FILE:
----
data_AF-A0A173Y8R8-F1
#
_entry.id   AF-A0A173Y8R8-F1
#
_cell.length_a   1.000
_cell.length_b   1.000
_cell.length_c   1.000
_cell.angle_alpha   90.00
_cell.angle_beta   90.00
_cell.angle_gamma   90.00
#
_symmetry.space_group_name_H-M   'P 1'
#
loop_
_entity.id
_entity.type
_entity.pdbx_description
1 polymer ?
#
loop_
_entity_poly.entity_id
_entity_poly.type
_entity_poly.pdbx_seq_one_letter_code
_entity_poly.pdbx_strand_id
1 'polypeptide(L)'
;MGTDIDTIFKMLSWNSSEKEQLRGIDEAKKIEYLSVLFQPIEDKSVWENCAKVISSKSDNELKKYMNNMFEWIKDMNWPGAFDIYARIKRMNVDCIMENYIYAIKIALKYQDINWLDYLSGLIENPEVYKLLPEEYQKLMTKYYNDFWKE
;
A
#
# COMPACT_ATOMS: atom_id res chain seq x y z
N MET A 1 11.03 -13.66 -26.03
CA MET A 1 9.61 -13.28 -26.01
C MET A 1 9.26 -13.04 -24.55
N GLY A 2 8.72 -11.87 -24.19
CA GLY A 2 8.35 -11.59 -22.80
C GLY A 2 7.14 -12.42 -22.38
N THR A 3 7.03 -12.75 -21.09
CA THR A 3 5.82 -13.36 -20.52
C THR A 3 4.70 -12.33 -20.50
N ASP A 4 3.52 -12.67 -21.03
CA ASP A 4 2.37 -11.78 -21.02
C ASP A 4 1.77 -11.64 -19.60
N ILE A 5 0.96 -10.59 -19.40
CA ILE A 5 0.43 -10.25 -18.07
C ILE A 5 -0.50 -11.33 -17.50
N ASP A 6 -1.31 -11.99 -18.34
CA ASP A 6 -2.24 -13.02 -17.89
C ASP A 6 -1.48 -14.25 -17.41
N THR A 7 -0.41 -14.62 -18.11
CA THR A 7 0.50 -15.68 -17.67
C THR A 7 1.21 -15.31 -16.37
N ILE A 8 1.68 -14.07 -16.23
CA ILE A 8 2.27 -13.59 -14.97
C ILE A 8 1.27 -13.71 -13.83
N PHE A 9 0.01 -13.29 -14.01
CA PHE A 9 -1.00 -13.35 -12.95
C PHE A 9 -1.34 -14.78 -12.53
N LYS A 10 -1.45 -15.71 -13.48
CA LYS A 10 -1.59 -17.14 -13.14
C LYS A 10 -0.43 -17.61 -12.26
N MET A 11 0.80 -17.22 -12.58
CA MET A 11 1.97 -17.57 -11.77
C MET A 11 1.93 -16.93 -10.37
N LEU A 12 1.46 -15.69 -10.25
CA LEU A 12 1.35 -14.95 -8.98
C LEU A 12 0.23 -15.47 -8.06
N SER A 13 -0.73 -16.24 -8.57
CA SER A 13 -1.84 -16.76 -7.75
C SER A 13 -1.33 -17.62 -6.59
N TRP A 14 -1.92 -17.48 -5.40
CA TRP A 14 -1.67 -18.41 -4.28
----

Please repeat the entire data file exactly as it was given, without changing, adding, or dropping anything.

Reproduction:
data_AF-A0A173Y8R8-F1
#
_entry.id   AF-A0A173Y8R8-F1
#
_cell.length_a   1.000
_cell.length_b   1.000
_cell.length_c   1.000
_cell.angle_alpha   90.00
_cell.angle_beta   90.00
_cell.angle_gamma   90.00
#
_symmetry.space_group_name_H-M   'P 1'
#
loop_
_entity.id
_entity.type
_entity.pdbx_description
1 polymer ?
#
loop_
_entity_poly.entity_id
_entity_poly.type
_entity_poly.pdbx_seq_one_letter_code
_entity_poly.pdbx_strand_id
1 'polypeptide(L)'
;MGTDIDTIFKMLSWNSSEKEQLRGIDEAKKIEYLSVLFQPIEDKSVWENCAKVISSKSDNELKKYMNNMFEWIKDMNWPGAFDIYARIKRMNVDCIMENYIYAIKIALKYQDINWLDYLSGLIENPEVYKLLPEEYQKLMTKYYNDFWKE
;
A
#
# COMPACT_ATOMS: atom_id res chain seq x y z
N MET A 1 11.03 -13.66 -26.03
CA MET A 1 9.61 -13.28 -26.01
C MET A 1 9.26 -13.04 -24.55
N GLY A 2 8.72 -11.87 -24.19
CA GLY A 2 8.35 -11.59 -22.80
C GLY A 2 7.14 -12.42 -22.38
N THR A 3 7.03 -12.75 -21.09
CA THR A 3 5.82 -13.36 -20.52
C THR A 3 4.70 -12.33 -20.50
N ASP A 4 3.52 -12.67 -21.03
CA ASP A 4 2.37 -11.78 -21.02
C ASP A 4 1.77 -11.64 -19.60
N ILE A 5 0.96 -10.59 -19.40
CA ILE A 5 0.43 -10.25 -18.07
C ILE A 5 -0.50 -11.33 -17.50
N ASP A 6 -1.31 -11.99 -18.34
CA ASP A 6 -2.24 -13.02 -17.89
C ASP A 6 -1.48 -14.25 -17.41
N THR A 7 -0.41 -14.62 -18.11
CA THR A 7 0.50 -15.68 -17.67
C THR A 7 1.21 -15.31 -16.37
N ILE A 8 1.68 -14.07 -16.23
CA ILE A 8 2.27 -13.59 -14.97
C ILE A 8 1.27 -13.71 -13.83
N PHE A 9 0.01 -13.29 -14.01
CA PHE A 9 -1.00 -13.35 -12.95
C PHE A 9 -1.34 -14.78 -12.53
N LYS A 10 -1.45 -15.71 -13.48
CA LYS A 10 -1.59 -17.14 -13.14
C LYS A 10 -0.43 -17.61 -12.26
N MET A 11 0.80 -17.22 -12.58
CA MET A 11 1.97 -17.57 -11.77
C MET A 11 1.93 -16.93 -10.37
N LEU A 12 1.46 -15.69 -10.25
CA LEU A 12 1.35 -14.95 -8.98
C LEU A 12 0.23 -15.47 -8.06
N SER A 13 -0.73 -16.24 -8.57
CA SER A 13 -1.84 -16.76 -7.75
C SER A 13 -1.33 -17.62 -6.59
N TRP A 14 -1.92 -17.48 -5.40
CA TRP A 14 -1.67 -18.41 -4.28